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Xenon (Xe): Noble Gases

Xenon (Xe)

What is Xenon?

Xenon (Xe), chemical element, a heavy and extremely rare gas of Group 18 (noble gases) of the periodic table. It was the first noble gas found to form true chemical compounds. More than 4.5 times heavier than air, xenon is colourless, odourless, and tasteless. Solid xenon belongs to the face-centred cubic crystal system, which implies that its molecules, which consist of single atoms, behave as spheres packed together as closely as possible. The name xenon is derived from the Greek word xenos, “strange” or “foreign.” Continue reading from Encyclopedia Britannica

The History

Xenon was discovered in July 1898 by William Ramsay and Morris Travers at University College London. They had already extracted neon, argon, and krypton from liquid air, and wondered if it contained other gases. The wealthy industrialist Ludwig Mond gave them a new liquid-air machine and they used it to extract more of the rare gas krypton.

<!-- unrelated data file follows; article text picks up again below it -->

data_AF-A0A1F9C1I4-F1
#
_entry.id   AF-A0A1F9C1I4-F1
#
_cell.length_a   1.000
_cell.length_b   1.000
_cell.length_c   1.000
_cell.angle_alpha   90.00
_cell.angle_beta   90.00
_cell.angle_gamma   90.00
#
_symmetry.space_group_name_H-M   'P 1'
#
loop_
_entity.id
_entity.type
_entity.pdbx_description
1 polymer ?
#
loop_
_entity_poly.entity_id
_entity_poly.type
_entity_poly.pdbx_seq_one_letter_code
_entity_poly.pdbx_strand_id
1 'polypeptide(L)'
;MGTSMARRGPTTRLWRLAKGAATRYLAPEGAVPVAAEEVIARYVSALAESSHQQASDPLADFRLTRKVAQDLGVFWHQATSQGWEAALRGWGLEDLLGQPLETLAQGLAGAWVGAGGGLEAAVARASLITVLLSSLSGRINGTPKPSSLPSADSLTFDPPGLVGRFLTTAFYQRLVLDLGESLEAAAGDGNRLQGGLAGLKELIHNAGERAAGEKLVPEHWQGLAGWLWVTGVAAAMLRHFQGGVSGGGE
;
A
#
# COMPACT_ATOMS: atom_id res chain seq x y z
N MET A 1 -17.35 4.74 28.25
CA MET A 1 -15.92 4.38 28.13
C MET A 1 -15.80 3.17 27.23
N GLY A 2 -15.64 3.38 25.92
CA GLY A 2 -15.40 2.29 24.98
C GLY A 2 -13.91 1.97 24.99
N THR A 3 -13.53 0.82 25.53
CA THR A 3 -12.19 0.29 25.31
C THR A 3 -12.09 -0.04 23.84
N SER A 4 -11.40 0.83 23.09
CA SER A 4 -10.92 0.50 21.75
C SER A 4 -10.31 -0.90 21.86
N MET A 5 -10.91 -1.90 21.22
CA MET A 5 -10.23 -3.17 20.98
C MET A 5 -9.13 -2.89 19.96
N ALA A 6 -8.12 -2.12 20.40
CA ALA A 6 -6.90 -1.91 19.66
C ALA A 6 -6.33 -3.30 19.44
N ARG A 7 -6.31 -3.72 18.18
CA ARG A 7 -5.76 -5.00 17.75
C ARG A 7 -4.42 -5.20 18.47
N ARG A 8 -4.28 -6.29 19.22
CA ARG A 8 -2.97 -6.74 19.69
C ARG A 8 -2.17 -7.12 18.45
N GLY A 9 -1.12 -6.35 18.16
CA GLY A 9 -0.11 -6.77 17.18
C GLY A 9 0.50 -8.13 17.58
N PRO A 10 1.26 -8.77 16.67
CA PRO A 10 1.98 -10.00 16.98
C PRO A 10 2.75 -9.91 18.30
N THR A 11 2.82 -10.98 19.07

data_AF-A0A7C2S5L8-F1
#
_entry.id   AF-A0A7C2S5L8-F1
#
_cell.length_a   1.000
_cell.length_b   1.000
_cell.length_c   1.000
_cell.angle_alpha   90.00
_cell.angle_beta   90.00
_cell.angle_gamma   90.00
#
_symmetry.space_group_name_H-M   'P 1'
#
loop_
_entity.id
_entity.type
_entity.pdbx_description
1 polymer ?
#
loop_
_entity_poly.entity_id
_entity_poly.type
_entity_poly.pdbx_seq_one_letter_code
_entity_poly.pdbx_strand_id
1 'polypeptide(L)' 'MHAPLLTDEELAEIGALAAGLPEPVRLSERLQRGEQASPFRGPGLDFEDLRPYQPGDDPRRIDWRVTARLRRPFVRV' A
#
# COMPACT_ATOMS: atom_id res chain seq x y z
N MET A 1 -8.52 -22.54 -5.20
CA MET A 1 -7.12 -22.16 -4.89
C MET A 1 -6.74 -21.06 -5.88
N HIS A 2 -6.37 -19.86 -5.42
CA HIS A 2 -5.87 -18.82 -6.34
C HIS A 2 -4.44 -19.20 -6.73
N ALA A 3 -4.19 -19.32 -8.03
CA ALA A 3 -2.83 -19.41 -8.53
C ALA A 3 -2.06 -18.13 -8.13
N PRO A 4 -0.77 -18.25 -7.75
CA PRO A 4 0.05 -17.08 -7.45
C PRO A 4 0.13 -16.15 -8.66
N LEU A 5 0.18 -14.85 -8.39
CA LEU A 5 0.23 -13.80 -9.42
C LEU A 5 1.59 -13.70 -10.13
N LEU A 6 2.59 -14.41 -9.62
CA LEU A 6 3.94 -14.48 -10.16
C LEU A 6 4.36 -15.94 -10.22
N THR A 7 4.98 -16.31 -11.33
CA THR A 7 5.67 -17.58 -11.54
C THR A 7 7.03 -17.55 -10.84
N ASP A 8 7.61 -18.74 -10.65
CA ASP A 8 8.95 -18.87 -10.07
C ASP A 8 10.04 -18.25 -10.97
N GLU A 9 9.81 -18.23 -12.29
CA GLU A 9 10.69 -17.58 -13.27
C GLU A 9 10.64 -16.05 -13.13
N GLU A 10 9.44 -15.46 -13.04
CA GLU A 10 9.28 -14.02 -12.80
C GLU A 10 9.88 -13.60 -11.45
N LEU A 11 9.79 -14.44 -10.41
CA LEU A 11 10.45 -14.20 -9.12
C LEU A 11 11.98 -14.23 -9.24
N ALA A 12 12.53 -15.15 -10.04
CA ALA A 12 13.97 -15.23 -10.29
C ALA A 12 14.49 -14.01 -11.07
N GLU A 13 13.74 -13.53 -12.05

By repeatedly distilling this, they eventually isolated a heavier gas, and when they examined this in a vacuum tube it gave a beautiful blue glow. They realised it was yet another member of the ‘inert’ group of gaseous elements as they were then known because of their lack of chemical reactivity. They called the new gas xenon. It was this gas which Neil Bartlett eventually showed was not inert by making a fluorine derivative in 1962. So far more than 100 xenon compounds have been made. Continue reading from The Royal Society of Chemistry

Xenon Facts

Like helium, you can fill balloons with xenon, but it is very expensive and the balloon becomes very heavy because the gas is so dense. An average balloon can hold around 40 lbs. Xenon atoms added to liquid helium are used to observe quantum tornadoes. Xenon creates a blue or lavender glow when subjected to an electrical discharge. Continue reading from LiveScience

Chart of Elemental Properties for Xenon

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